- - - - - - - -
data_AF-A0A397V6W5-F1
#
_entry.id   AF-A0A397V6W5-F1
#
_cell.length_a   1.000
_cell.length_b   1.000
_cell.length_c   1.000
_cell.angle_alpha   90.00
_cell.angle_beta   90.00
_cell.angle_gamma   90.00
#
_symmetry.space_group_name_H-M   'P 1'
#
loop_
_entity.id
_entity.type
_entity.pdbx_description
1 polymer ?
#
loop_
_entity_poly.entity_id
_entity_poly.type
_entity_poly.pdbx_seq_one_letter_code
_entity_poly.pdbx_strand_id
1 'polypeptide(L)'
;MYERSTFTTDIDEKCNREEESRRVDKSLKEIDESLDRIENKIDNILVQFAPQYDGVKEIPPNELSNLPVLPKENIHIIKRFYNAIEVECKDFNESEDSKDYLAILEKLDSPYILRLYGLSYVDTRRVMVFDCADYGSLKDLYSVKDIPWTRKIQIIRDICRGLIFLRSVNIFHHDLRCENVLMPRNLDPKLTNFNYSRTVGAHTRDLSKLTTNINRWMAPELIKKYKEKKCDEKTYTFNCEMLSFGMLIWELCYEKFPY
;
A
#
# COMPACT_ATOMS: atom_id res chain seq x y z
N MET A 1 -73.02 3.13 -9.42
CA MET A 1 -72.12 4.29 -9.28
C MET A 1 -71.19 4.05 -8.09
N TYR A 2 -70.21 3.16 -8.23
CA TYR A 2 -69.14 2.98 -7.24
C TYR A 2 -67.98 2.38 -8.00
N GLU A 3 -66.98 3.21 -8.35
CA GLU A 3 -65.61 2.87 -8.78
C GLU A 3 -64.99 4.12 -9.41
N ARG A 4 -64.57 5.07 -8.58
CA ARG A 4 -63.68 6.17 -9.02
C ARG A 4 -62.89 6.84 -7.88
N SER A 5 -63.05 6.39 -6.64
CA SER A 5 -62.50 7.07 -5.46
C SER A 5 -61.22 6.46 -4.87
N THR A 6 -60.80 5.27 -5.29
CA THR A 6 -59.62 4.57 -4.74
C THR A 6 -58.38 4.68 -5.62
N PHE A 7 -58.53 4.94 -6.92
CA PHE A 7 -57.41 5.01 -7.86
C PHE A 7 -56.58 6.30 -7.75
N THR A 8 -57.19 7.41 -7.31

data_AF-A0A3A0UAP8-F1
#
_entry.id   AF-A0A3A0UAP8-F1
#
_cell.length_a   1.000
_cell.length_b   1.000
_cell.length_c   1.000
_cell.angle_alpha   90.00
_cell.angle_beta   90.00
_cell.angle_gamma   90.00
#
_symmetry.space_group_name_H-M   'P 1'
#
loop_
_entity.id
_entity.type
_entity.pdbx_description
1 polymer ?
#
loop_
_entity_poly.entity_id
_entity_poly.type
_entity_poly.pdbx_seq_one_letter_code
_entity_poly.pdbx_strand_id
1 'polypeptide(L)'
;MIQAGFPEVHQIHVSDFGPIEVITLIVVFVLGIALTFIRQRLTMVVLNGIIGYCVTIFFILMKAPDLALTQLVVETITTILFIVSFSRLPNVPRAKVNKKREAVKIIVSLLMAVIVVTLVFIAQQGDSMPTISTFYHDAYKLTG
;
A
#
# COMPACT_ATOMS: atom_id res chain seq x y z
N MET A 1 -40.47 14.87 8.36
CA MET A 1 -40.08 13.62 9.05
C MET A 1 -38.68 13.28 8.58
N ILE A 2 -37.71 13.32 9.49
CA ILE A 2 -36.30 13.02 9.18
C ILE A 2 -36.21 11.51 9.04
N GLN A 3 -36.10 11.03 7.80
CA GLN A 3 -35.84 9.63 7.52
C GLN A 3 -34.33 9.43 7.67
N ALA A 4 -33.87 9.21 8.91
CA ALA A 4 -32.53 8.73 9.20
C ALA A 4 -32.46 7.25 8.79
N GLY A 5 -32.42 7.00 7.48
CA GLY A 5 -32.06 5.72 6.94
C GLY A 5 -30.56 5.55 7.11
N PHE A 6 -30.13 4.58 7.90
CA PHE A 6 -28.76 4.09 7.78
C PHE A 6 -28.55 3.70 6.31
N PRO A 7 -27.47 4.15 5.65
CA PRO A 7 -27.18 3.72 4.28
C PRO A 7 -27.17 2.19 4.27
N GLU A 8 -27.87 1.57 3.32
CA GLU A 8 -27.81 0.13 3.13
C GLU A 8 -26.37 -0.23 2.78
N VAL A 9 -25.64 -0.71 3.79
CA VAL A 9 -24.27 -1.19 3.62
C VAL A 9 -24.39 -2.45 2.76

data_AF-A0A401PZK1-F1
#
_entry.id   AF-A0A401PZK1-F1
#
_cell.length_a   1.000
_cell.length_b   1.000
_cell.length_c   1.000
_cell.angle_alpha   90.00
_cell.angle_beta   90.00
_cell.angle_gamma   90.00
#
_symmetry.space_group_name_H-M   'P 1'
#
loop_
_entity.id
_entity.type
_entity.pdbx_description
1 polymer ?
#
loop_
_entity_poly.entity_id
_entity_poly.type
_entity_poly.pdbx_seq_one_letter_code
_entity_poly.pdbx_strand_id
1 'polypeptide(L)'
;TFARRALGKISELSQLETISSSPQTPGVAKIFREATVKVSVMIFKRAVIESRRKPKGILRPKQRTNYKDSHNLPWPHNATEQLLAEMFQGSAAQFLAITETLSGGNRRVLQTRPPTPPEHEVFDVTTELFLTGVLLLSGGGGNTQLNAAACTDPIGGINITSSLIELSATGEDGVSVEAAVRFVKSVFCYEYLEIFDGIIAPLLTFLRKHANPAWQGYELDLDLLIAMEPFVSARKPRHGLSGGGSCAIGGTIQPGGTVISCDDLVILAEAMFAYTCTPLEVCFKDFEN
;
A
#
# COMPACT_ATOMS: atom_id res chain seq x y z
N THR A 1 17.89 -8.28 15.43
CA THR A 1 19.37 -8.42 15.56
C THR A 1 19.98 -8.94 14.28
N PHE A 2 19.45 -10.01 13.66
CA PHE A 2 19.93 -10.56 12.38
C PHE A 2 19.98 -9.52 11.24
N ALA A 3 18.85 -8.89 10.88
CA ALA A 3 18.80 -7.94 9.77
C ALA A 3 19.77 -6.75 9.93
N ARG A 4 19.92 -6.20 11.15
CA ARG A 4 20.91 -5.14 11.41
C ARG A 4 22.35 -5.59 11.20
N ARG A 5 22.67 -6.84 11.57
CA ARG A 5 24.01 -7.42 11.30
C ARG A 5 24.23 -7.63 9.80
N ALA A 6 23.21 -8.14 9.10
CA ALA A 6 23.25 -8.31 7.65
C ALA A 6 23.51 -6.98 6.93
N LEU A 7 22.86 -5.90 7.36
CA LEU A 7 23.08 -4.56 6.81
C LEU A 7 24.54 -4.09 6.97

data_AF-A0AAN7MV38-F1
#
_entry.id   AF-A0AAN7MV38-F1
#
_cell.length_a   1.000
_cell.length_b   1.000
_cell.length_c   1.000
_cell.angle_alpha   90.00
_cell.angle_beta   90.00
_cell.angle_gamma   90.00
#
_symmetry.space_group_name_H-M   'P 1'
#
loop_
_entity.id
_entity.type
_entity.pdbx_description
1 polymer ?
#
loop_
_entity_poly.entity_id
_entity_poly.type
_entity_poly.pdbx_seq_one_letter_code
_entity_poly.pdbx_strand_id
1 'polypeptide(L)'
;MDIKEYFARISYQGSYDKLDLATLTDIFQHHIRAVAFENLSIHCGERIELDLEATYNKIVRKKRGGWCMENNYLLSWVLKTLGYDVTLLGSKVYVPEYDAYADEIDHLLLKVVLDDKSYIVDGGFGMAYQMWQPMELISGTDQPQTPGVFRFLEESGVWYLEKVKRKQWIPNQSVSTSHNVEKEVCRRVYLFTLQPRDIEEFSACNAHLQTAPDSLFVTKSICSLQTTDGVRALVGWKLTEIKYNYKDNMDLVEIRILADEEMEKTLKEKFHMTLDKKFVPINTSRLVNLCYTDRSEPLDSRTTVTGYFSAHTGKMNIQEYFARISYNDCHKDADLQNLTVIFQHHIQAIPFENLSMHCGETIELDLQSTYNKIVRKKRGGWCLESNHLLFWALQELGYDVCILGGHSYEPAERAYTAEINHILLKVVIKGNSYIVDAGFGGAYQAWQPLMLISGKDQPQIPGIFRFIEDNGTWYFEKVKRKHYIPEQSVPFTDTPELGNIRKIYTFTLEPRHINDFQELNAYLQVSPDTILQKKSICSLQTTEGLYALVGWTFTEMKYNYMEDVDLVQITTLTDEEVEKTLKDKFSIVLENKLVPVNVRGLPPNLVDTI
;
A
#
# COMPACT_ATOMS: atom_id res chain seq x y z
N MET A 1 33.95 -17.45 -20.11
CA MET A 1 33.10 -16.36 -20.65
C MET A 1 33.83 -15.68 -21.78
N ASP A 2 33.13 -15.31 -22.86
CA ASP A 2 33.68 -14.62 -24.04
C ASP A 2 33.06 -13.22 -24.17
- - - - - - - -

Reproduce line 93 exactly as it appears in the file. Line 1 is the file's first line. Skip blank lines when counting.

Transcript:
CA ALA A 4 -32.53 8.73 9.20